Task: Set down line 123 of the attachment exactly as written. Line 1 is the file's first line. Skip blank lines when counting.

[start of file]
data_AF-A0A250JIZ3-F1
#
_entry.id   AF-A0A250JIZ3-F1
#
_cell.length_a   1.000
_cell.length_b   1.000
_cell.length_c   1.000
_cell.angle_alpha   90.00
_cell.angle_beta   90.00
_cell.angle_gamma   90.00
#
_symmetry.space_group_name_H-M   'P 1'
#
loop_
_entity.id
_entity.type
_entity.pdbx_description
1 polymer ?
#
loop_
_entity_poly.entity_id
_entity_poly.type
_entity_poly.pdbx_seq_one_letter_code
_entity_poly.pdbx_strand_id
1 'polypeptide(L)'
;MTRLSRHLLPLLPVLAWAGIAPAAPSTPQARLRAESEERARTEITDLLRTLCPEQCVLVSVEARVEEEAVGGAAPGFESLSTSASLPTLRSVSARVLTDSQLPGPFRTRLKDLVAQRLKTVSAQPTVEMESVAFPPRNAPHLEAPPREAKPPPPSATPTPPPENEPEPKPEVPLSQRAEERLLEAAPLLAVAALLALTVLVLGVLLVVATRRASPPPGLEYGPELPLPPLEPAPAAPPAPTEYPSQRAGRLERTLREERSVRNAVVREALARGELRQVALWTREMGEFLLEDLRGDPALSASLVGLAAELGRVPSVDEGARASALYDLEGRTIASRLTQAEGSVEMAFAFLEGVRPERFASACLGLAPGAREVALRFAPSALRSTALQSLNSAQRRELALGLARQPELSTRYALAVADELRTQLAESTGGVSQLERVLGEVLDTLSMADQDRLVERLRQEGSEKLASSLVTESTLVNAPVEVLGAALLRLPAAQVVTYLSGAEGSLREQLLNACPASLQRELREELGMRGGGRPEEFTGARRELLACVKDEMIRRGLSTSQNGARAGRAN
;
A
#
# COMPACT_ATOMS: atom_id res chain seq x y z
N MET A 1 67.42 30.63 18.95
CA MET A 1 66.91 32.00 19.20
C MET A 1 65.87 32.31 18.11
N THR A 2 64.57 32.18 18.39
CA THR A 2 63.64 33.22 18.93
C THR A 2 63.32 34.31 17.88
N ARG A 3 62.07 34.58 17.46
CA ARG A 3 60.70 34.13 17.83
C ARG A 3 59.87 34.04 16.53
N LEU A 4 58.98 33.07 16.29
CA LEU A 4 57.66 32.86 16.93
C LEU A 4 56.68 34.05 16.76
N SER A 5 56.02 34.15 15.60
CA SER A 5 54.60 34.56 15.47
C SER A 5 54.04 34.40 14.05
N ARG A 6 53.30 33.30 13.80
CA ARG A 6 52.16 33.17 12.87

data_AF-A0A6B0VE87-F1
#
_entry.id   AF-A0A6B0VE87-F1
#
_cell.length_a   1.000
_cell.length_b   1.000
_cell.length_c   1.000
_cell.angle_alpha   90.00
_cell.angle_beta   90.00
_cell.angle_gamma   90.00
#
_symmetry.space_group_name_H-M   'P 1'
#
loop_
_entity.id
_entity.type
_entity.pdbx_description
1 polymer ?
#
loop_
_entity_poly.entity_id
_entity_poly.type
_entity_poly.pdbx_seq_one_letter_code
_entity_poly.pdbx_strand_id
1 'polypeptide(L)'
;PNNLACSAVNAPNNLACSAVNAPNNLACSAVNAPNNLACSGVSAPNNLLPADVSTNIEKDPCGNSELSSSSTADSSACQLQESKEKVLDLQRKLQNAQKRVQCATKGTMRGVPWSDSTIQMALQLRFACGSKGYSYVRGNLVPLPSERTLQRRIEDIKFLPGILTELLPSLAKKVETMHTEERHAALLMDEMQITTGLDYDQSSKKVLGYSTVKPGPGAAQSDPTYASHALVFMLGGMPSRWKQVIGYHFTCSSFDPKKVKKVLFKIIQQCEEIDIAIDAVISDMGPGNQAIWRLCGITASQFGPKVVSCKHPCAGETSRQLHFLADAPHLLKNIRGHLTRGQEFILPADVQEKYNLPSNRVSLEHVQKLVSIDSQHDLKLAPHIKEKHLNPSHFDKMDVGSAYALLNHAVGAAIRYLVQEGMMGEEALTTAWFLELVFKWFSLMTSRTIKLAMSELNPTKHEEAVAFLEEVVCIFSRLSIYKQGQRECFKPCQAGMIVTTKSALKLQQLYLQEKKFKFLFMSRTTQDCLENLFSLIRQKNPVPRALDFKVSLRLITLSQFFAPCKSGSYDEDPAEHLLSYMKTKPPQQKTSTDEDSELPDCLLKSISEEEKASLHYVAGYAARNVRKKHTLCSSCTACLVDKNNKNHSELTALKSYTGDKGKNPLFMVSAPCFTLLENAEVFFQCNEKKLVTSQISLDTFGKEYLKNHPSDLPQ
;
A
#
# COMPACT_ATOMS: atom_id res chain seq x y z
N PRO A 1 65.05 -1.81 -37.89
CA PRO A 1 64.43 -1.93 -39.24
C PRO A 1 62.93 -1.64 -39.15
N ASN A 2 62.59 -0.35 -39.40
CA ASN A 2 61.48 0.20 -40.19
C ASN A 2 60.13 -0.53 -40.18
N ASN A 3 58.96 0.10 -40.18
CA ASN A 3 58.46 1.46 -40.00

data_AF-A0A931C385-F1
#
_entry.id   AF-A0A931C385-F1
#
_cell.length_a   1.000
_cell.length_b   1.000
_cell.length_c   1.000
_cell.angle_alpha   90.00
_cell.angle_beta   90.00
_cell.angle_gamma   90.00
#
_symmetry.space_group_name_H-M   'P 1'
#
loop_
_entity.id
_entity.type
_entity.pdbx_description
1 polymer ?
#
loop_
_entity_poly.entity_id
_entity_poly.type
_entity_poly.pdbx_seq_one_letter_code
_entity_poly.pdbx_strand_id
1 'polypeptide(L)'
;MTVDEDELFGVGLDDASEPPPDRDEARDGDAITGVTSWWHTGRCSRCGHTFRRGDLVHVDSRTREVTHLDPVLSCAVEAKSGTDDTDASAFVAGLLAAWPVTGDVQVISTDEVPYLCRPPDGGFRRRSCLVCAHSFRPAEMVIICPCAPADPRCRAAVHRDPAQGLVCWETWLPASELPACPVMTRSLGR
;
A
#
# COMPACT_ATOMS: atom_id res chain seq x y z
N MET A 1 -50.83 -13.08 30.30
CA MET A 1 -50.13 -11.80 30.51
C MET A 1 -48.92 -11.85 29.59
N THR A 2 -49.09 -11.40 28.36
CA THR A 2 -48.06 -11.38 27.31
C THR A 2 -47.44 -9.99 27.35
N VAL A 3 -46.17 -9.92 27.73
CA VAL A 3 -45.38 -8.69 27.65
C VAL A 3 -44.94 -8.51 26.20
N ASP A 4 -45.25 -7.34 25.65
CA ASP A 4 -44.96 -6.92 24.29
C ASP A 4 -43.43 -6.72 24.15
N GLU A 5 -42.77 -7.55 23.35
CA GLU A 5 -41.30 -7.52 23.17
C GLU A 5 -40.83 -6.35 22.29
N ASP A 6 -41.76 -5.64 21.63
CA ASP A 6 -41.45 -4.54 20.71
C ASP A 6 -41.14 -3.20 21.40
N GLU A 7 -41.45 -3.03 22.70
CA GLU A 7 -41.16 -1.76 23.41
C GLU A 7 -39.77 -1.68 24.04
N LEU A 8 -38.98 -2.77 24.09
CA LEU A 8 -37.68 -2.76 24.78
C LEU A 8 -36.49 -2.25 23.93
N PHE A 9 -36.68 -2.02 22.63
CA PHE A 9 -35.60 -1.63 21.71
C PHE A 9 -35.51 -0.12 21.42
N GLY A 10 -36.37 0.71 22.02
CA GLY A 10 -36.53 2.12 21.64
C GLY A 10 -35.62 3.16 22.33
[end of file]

CA VAL A 3 -45.38 -8.69 27.65